ASU announced Tuesday it will be opening a new satellite location within the University of Arizona Tucson Campus as early as the fall of next year.
The new campus, called “ASU Front Line,” will boast six classrooms, a mess hall, a training grounds and a fully functioning barracks. Most of the space will be converted from portions of the UA Memorial Union that were purchased by ASU for an unknown sum earlier this year.
This move faced heavy criticism from those in Tucson, but ASU officials praised the effort, which is being spearheaded by ASU Commander-in-Chief Michael Crow. One official went as far as to say the takeover is “long overdue.”
“They’re forcing my hand,” Crow said. “It’s not like I want this war to continue, but (UA President Robert) Robbins keeps playing games. This medical school move pushed me over the edge. I mean why do they need to have that school right next to our nursing program downtown? I don’t even care anymore. Our strategy long-term is a Trojan Horse takeover.”
The new campus will offer only two degrees: Innovation in Enemy Territory, B.S., and Insurgent Counterterrorism, B.A., both through the new College of Educational War and Policy. Barrett, the Honors College will also have an administrative hub at the new campus, where honors students can take courses such as “Predatory Cats: From Homer to Descartes” and “Feminist Perspectives on Tucson Society.”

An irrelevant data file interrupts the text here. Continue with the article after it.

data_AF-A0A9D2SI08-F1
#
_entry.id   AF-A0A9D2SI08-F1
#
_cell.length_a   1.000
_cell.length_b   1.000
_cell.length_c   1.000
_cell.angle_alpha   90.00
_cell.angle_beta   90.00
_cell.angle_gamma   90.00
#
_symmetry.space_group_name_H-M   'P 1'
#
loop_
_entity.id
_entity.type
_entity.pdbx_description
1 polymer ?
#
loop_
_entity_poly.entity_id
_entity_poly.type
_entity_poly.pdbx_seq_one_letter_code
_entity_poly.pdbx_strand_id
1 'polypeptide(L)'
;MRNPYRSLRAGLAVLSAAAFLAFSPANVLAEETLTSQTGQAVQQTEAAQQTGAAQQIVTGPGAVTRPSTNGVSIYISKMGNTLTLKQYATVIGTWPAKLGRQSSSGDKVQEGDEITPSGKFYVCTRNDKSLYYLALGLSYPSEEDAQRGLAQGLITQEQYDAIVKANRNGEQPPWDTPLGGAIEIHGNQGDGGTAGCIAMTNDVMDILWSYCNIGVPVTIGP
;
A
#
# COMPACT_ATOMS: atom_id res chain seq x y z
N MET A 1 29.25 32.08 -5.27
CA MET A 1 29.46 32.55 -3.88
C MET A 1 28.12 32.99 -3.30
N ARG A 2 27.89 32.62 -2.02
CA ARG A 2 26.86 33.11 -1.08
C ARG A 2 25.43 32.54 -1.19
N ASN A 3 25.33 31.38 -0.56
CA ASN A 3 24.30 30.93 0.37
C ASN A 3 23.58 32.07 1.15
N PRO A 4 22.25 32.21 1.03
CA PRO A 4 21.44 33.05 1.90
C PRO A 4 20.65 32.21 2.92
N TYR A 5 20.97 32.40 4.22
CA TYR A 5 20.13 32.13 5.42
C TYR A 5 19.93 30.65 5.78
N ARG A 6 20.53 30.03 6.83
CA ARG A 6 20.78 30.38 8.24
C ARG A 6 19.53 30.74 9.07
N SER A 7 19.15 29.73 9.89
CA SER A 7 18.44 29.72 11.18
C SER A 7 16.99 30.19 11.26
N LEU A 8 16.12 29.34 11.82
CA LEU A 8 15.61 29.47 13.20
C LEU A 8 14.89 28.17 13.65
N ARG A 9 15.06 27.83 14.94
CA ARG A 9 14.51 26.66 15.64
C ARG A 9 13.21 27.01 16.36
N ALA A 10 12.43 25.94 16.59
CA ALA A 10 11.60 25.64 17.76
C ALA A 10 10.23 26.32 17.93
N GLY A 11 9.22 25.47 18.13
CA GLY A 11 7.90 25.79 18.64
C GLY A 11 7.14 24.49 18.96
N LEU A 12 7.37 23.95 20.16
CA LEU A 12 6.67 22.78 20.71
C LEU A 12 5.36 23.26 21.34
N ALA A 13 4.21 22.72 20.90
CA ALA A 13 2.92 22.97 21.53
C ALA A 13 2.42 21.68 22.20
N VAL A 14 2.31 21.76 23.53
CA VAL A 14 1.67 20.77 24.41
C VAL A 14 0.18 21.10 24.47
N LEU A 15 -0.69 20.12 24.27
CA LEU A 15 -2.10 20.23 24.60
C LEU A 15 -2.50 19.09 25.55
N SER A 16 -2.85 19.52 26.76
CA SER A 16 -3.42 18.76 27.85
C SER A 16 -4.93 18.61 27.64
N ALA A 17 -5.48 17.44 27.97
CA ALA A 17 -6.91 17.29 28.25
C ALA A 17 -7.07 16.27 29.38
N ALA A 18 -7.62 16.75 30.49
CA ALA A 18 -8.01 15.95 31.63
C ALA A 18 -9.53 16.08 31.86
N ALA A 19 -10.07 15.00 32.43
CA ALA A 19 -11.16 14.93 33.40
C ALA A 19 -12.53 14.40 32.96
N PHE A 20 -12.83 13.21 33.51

UA officials and students have been less than enthusiastic, with many openly protesting ASU’s move into the center of their campus.
“It’s parasitic,” UA President Robert Robbins said. “There’s no way to stop the growth. It’s not even about being a college at this point. I mean, come on. That building in D.C.? Why does ASU need a physical presence in the nation’s capital? What are they after?”
Though the answer to those questions is less than clear at this time, many speculate that the engine of ASU’s unstoppable growth might be more insidious than was once expected. Rumors abound of a secret alien invasion of ASU’s Tempe campus, which could explain the university’s aggressive expansion policy of the past few years.
“It’s like that part of the movie ‘Alien’ when the weird black thing bursts out of the guy’s chest,” UA biological sciences senior and concerned citizen Jeshua Greenbaulm said.
“That’s going to be ASU in fifteen years.”
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